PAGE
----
Barcelona’92 marked a before and after in the field of Olympic legacy due to the explicit use of the event as a catalyst for economic, urban and social change in the city generating what is known as the Barcelona model in managing the Olympic Games (Kennett & Moragas, 2005).
The legacy strategy of the Games was based on three pillars – economy, image and reputation (Calvo, 2012) – and on success criteria based on consensus and stability, strong leadership, combined organizational excellence with an atmosphere of festivity and culture and in the urban transformation of the city.
The transformation of Barcelona was the central goal of a legacy strategy that aimed to put the Games at the service of more ambitious and long-term city development plans and to act as a catalyst or pretext to accelerate this urban transformation. The Games allowed the international positioning of Barcelona communicating a new image and facilitated the transformation of the city into a tourist destination, a cultural city and a sports city with a strong Olympic link.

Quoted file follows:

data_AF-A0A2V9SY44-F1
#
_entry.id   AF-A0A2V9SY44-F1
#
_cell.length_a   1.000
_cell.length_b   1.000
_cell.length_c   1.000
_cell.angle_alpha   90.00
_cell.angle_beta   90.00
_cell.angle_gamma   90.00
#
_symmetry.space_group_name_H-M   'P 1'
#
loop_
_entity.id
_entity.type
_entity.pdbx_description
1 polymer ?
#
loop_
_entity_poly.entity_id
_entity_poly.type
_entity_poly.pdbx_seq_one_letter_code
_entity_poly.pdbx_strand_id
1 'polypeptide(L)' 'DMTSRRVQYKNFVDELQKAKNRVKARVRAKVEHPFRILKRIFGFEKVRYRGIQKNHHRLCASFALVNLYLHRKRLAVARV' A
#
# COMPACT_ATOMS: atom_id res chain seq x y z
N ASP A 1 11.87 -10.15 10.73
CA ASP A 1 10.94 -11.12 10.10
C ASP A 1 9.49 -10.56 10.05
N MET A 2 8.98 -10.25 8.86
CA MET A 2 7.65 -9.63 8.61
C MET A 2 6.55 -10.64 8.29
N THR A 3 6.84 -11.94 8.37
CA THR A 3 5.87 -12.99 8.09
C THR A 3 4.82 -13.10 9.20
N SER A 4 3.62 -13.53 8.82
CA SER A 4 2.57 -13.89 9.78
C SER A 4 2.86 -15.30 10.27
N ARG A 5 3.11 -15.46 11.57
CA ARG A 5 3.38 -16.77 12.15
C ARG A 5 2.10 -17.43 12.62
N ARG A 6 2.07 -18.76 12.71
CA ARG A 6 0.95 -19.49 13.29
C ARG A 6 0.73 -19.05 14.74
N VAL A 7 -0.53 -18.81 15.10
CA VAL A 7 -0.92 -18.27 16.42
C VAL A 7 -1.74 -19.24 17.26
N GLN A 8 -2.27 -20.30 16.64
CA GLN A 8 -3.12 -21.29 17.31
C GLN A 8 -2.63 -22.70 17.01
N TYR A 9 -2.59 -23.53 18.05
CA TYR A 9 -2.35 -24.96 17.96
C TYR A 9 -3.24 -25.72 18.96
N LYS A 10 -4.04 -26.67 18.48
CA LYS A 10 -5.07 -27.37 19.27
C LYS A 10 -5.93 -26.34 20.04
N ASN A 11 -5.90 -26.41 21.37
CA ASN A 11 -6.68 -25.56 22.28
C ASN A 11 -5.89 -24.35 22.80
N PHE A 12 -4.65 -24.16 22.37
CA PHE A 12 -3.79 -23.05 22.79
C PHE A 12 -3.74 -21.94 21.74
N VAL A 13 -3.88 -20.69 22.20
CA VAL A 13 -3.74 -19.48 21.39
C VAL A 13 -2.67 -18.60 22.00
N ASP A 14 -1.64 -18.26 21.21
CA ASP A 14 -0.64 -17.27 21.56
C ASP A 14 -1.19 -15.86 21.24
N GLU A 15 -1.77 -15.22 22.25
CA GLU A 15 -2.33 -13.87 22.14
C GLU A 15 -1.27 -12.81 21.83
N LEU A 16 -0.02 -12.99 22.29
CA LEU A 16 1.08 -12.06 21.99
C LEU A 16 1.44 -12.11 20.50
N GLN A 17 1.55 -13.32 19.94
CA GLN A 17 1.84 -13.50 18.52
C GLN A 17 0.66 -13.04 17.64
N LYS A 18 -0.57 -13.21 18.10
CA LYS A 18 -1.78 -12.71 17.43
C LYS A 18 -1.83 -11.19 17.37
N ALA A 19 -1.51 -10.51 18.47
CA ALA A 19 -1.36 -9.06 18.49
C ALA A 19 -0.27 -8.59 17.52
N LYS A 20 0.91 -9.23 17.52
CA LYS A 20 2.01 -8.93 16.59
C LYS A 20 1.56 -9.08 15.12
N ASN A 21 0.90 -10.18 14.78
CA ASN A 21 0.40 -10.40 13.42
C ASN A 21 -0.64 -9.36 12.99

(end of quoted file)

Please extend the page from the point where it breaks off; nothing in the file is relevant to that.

“All those involved in the decision-making process then knew, of course, that the Games were a sporting event … I confess without flushing, that at the time we did not care too much because it was a question of […] Allowed to do in five or six years what had not been done in fifty, with the risk of taking fifty years more if the opportunity was not taken “Josep Miquel Abad (1995: 14)
The studies on the legacy of the Barcelona 1992 Games in the city (Moragas & Botella, 1995 and 2002, Kennett & Moragas, 2006) identify tangible and intangible elements in the five areas proposed by the IOC (IOC, 2013): sports ; environmental; cultural, social and political; economic and urban.